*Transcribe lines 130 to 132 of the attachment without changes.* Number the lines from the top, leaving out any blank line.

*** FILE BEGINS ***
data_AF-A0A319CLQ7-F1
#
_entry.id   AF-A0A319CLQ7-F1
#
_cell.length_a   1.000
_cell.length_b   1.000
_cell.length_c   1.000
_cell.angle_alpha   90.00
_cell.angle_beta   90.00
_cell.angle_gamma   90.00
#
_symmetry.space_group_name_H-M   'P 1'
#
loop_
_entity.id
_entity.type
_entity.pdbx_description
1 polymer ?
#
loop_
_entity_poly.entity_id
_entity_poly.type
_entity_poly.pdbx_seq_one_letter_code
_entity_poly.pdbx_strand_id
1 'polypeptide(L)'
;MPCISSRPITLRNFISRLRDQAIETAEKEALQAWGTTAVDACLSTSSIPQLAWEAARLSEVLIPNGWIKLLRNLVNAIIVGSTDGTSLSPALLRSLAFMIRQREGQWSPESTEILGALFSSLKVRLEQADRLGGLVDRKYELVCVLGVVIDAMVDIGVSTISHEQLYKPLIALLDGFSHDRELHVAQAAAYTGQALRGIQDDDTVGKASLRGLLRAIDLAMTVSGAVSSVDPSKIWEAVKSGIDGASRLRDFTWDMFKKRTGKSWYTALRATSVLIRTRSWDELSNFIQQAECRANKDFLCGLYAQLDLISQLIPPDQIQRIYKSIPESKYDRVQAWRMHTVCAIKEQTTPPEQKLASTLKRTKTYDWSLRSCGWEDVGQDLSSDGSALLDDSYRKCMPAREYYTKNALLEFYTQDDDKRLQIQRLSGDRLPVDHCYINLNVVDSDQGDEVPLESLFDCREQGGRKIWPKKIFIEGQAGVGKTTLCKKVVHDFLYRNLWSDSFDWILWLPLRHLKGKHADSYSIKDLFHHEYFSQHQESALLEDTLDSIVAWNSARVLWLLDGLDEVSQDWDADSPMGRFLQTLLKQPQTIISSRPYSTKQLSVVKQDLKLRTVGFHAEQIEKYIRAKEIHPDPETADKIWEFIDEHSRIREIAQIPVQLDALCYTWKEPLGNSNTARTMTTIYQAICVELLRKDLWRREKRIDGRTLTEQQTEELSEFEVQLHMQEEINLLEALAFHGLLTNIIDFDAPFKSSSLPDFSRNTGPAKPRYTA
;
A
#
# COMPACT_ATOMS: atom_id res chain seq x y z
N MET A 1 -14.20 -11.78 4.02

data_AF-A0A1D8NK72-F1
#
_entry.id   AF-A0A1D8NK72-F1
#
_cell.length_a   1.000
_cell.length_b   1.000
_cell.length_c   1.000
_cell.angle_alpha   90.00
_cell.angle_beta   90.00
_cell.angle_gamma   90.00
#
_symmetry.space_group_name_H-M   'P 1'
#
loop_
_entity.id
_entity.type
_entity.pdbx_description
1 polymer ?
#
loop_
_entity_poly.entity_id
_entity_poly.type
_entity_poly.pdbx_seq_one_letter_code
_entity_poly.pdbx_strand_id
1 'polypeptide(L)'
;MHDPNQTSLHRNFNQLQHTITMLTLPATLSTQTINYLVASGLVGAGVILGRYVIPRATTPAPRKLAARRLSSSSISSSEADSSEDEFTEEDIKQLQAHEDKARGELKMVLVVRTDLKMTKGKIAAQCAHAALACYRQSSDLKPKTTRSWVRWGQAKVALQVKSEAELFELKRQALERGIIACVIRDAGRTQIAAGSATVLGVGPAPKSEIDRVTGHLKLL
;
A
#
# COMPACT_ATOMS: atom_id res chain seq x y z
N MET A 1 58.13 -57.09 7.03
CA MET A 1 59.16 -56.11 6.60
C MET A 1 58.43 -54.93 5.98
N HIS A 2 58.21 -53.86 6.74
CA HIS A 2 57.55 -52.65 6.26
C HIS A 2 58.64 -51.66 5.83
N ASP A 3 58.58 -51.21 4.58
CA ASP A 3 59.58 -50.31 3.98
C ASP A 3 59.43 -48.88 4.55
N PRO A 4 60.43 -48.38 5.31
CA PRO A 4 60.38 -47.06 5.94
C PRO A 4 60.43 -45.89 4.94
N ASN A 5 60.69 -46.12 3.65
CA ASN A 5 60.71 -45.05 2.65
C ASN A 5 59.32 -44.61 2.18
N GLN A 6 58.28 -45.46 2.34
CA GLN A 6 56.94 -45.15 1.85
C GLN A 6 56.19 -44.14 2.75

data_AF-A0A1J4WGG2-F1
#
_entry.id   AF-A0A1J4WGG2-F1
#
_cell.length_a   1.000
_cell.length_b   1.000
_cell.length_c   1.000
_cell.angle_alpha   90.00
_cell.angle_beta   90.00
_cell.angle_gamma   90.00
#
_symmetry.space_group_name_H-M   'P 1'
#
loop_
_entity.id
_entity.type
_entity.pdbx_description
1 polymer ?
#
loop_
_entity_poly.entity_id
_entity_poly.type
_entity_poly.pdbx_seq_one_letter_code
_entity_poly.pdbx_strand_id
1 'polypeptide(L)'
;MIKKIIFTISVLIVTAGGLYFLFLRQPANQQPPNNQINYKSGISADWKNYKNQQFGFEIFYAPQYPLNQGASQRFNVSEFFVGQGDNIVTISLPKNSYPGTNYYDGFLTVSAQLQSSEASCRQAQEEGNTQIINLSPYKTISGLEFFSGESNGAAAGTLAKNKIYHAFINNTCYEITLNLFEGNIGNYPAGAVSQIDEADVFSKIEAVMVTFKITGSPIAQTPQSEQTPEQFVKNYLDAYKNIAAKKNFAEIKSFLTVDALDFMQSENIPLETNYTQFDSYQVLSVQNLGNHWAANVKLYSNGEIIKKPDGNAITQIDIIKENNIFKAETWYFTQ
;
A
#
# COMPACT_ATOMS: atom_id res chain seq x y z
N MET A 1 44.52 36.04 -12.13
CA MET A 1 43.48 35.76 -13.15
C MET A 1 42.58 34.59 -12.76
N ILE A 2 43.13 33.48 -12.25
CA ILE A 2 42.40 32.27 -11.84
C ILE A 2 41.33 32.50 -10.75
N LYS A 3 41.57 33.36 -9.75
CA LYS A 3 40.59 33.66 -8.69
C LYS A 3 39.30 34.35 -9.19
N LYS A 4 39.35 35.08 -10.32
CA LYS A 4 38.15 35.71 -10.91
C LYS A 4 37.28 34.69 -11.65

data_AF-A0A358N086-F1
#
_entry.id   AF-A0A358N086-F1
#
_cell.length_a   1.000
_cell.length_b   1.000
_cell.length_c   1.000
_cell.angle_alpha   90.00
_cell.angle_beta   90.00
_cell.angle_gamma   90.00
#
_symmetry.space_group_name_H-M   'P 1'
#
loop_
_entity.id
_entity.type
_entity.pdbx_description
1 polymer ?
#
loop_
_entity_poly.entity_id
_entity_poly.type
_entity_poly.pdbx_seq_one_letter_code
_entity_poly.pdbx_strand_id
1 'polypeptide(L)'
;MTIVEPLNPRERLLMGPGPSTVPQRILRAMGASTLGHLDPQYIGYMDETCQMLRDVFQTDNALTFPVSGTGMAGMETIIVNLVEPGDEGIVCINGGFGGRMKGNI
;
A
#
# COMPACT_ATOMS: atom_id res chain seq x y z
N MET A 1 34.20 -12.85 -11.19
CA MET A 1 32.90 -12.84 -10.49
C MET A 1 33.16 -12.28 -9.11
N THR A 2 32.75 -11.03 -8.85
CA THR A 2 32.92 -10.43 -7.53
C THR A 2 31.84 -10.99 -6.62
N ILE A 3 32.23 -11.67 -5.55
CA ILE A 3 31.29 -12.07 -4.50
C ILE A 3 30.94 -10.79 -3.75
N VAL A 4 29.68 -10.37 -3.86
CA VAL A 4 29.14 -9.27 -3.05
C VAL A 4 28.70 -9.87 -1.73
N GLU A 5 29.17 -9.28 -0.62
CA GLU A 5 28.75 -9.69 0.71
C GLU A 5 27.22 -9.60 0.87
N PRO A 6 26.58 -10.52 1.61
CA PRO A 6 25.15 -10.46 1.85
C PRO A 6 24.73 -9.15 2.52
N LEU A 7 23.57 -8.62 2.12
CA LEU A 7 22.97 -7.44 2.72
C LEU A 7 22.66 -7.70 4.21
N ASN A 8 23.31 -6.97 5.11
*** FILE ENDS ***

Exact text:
_cell.angle_beta   90.00
_cell.angle_gamma   90.00
#